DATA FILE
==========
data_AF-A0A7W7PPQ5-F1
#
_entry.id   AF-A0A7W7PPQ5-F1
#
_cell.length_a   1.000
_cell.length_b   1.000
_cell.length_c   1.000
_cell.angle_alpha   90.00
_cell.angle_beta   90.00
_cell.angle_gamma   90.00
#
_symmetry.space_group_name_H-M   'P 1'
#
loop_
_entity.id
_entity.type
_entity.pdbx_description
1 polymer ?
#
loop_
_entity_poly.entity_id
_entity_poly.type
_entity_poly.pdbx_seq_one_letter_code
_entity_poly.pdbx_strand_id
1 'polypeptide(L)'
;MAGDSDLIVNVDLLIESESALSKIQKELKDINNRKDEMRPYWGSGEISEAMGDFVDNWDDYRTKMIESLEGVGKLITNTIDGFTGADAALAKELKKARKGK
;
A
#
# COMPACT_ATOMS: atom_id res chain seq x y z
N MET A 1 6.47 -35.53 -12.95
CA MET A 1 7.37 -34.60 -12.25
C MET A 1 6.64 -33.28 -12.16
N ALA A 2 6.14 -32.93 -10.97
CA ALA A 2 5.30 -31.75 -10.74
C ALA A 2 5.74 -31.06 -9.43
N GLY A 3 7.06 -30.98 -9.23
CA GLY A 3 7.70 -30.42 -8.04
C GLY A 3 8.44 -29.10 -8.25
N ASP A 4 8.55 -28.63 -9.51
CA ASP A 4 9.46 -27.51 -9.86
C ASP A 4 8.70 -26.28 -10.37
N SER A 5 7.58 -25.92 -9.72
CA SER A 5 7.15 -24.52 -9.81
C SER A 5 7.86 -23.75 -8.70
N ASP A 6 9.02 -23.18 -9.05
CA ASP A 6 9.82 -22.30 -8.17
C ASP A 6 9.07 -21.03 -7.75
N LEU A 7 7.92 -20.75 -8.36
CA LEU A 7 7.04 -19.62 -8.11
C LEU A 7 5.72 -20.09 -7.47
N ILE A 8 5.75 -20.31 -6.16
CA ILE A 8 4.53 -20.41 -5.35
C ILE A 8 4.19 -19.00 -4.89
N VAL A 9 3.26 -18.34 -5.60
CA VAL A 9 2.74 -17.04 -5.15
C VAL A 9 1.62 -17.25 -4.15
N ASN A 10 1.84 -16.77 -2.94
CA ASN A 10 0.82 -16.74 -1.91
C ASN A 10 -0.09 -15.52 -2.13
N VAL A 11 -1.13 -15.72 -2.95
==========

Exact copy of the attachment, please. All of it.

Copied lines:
data_AF-A0A7W7PPQ5-F1
#
_entry.id   AF-A0A7W7PPQ5-F1
#
_cell.length_a   1.000
_cell.length_b   1.000
_cell.length_c   1.000
_cell.angle_alpha   90.00
_cell.angle_beta   90.00
_cell.angle_gamma   90.00
#
_symmetry.space_group_name_H-M   'P 1'
#
loop_
_entity.id
_entity.type
_entity.pdbx_description
1 polymer ?
#
loop_
_entity_poly.entity_id
_entity_poly.type
_entity_poly.pdbx_seq_one_letter_code
_entity_poly.pdbx_strand_id
1 'polypeptide(L)'
;MAGDSDLIVNVDLLIESESALSKIQKELKDINNRKDEMRPYWGSGEISEAMGDFVDNWDDYRTKMIESLEGVGKLITNTIDGFTGADAALAKELKKARKGK
;
A
#
# COMPACT_ATOMS: atom_id res chain seq x y z
N MET A 1 6.47 -35.53 -12.95
CA MET A 1 7.37 -34.60 -12.25
C MET A 1 6.64 -33.28 -12.16
N ALA A 2 6.14 -32.93 -10.97
CA ALA A 2 5.30 -31.75 -10.74
C ALA A 2 5.74 -31.06 -9.43
N GLY A 3 7.06 -30.98 -9.23
CA GLY A 3 7.70 -30.42 -8.04
C GLY A 3 8.44 -29.10 -8.25
N ASP A 4 8.55 -28.63 -9.51
CA ASP A 4 9.46 -27.51 -9.86
C ASP A 4 8.70 -26.28 -10.37
N SER A 5 7.58 -25.92 -9.72
CA SER A 5 7.15 -24.52 -9.81
C SER A 5 7.86 -23.75 -8.70
N ASP A 6 9.02 -23.18 -9.05
CA ASP A 6 9.82 -22.30 -8.17
C ASP A 6 9.07 -21.03 -7.75
N LEU A 7 7.92 -20.75 -8.36
CA LEU A 7 7.04 -19.62 -8.11
C LEU A 7 5.72 -20.09 -7.47
N ILE A 8 5.75 -20.31 -6.16
CA ILE A 8 4.53 -20.41 -5.35
C ILE A 8 4.19 -19.00 -4.89
N VAL A 9 3.26 -18.34 -5.60
CA VAL A 9 2.74 -17.04 -5.15
C VAL A 9 1.62 -17.25 -4.15
N ASN A 10 1.84 -16.77 -2.94
CA ASN A 10 0.82 -16.74 -1.91
C ASN A 10 -0.09 -15.52 -2.13
N VAL A 11 -1.13 -15.72 -2.95